Install green infrastructure: installation of rain gardens, bioswales, green roofs, pervious surfaces, and other green infrastructure solutions to increase storm water storage and capture
Create and enhance urban wetlands: construction/improvement of wetlands in urban areas to slow, store and filter storm water while improving habitat
Restore urban forests: strategic planting of diverse native tree species along riparian zones and other flood-prone areas to slow and retain storm water runoff, moderate water temperatures, improve habitat, and increase ecosystem resiliency
All applications must report anticipated outcomes in terms of gallons of storm water storage added. Applicants are encouraged to use the EPA storm water calculator tool, found by clicking here, to estimate storm water to be retained by green infrastructure projects and/or i-Tree, found by clicking here, to calculate gallons of storm water to be treated or intercepted by tree planting projects.
METRICS AND MONITORING
To better gauge progress on individual grants and to ensure greater consistency of project data provided by multiple grants, the Sustain Our Great Lakes program has a list of performance metrics in Easygrants for grantees to choose for reporting (all possible metrics are shown in the table below). If you do not believe an applicable metric has been provided, please contact Aislinn Gauchay, NFWF Great Lakes Program Director (email@example.com; 612-564-7284) to discuss acceptable alternatives.
In addition to the performance metrics below, applicants are encouraged to monitor biological outcomes, particularly improvements to target fish, shorebird and waterfowl populations. For information on the type of monitoring data requested by the Sustain Our Great Lakes program and for guidance on how to incorporate biological monitoring into a proposal, please contact Aislinn Gauchay using the preceding contact information.
Each proposal should describe a monitoring plan to measure outcomes and assess the success of the proposed project. At a minimum, the description should: 1) indicate the metrics that will be used to track progress and quantify outcomes; 2) outline the approach for establishing baseline conditions against which post-implementation conditions will be compared; and 3) demonstrate plans and resources for post-implementation monitoring.
Applicants may use grant funding to support monitoring associated with the proposed project. Applicants are encouraged to direct approximately 10 percent of the project budget toward this need. Some projects may warrant using a larger amount of the project budget for monitoring.
in-stream habitat restored
riparian habitat restored
riparian habitat restored
Miles of stream
phosphorus inputs avoided annually
Lbs of sediment inputs avoided annually
wetland habitat restored
wetland habitat opened
# structures installed
Green Storm Water
Square feet of
impervious surface retrofitted with green infrastructure
Square feet of
Square feet of
green roof installed
of trees planted (single stem; not multi-stem shrubs)
Eligible and Ineligible Entities
- Eligible applicants include non-profit 501(c) organizations, state government agencies, local governments, municipal governments, Indian tribes, and educational institutions.
- Ineligible applicants include federal government agencies, unincorporated individuals, and private for-profit businesses.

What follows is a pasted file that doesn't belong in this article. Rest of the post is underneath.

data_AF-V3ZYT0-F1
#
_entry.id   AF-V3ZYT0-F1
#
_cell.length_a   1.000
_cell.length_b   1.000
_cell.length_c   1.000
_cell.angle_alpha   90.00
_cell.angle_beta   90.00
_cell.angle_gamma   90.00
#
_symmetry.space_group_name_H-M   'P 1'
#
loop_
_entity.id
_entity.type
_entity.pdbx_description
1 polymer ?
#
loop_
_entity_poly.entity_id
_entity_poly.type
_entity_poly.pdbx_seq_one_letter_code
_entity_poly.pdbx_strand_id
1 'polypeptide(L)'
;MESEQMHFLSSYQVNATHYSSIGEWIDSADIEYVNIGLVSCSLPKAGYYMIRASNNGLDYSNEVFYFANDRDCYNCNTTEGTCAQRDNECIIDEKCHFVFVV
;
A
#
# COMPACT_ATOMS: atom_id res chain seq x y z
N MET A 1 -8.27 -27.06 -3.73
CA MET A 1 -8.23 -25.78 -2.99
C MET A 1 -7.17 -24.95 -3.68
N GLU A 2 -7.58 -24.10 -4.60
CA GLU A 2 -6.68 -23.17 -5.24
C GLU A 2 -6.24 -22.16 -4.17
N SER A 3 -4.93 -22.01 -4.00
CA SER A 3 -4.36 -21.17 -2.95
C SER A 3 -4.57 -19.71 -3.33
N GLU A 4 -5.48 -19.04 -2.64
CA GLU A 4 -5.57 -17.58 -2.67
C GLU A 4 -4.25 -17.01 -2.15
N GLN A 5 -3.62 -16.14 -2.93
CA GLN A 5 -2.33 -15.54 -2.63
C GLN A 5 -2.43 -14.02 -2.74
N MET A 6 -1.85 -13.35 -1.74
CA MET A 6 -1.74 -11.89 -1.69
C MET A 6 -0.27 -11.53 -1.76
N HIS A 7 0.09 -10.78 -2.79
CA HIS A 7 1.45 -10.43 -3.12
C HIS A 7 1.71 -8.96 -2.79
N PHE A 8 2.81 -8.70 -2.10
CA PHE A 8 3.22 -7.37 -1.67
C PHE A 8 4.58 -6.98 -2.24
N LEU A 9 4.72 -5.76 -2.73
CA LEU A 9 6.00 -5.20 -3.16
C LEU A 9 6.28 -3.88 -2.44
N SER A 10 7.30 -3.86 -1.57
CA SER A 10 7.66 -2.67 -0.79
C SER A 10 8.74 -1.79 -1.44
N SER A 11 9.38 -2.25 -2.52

Ineligible Uses of Grant Funds
- Grant funds and matching contributions may not be used to support political advocacy, fundraising, lobbying, litigation, terrorist activities or Foreign Corrupt Practices Act violations.
- Grant funds may not be used to support ongoing efforts to comply with legal requirements, including permit conditions, mitigation and settlement agreements. However, grant funds may be used to support projects that enhance or improve upon existing baseline compliance efforts.
FUNDING AVAILABILITY AND MATCH
Up to $7.8 million is expected to be available for grant awards in 2017. Individual grant awards will range from $50,000 to $1,500,000. In the past three years, the program has awarded an average of 23 grants per year, representing an application success rate of 21%.
Anticipated completion time for funded projects will typically be two years following finalization of a grant agreement. The grant period may include a third year in cases with a demonstrated need for additional time to complete planning, permitting, final design, engineering, implementation or monitoring. The project narrative should include a clear timetable or schedule for project completion. Project start and end dates should define the period during which all proposed work is accomplished, all requested funds are spent, and all matching funds are spent or applied. The start date indicated in an application should not precede May 11, 2017.
The ratio of matching contributions offered to grant funding requested is one criterion considered during the review process, and projects that meet or exceed a 1:1 match ratio will be more competitive. Matching contributions must be spent or applied between the start and end dates indicated in the application.
Matching contributions may include cash, in-kind contributions of staff and volunteer time, work performed, materials and services donated, or other tangible contributions to the project objectives and outcomes. The cost of land acquisition or easement may also qualify as leverage for a project involving work at the protected site. In addition, eligible indirect costs (that would not be paid with requested grant funding) may be applied as match. More information about using indirect costs as match can be found by clicking here.